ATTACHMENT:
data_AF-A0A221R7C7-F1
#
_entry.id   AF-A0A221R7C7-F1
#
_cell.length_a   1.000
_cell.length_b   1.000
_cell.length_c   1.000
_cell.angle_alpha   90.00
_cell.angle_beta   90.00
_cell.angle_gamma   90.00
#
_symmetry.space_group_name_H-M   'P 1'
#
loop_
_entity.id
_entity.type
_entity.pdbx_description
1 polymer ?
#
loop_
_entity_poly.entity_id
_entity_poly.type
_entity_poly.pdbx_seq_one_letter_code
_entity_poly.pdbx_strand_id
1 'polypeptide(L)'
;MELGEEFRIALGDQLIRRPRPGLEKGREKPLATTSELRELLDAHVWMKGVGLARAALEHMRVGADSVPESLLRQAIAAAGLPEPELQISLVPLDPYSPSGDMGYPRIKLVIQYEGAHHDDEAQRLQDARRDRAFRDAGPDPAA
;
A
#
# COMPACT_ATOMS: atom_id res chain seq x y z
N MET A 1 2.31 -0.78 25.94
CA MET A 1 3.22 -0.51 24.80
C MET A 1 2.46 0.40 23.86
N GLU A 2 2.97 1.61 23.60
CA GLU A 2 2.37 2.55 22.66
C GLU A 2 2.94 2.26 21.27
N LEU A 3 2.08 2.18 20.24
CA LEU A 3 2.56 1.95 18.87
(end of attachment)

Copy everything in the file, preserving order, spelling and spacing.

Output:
data_AF-A0A221R7C7-F1
#
_entry.id   AF-A0A221R7C7-F1
#
_cell.length_a   1.000
_cell.length_b   1.000
_cell.length_c   1.000
_cell.angle_alpha   90.00
_cell.angle_beta   90.00
_cell.angle_gamma   90.00
#
_symmetry.space_group_name_H-M   'P 1'
#
loop_
_entity.id
_entity.type
_entity.pdbx_description
1 polymer ?
#
loop_
_entity_poly.entity_id
_entity_poly.type
_entity_poly.pdbx_seq_one_letter_code
_entity_poly.pdbx_strand_id
1 'polypeptide(L)'
;MELGEEFRIALGDQLIRRPRPGLEKGREKPLATTSELRELLDAHVWMKGVGLARAALEHMRVGADSVPESLLRQAIAAAGLPEPELQISLVPLDPYSPSGDMGYPRIKLVIQYEGAHHDDEAQRLQDARRDRAFRDAGPDPAA
;
A
#
# COMPACT_ATOMS: atom_id res chain seq x y z
N MET A 1 2.31 -0.78 25.94
CA MET A 1 3.22 -0.51 24.80
C MET A 1 2.46 0.40 23.86
N GLU A 2 2.97 1.61 23.60
CA GLU A 2 2.37 2.55 22.66
C GLU A 2 2.94 2.26 21.27
N LEU A 3 2.08 2.18 20.24
CA LEU A 3 2.56 1.95 18.87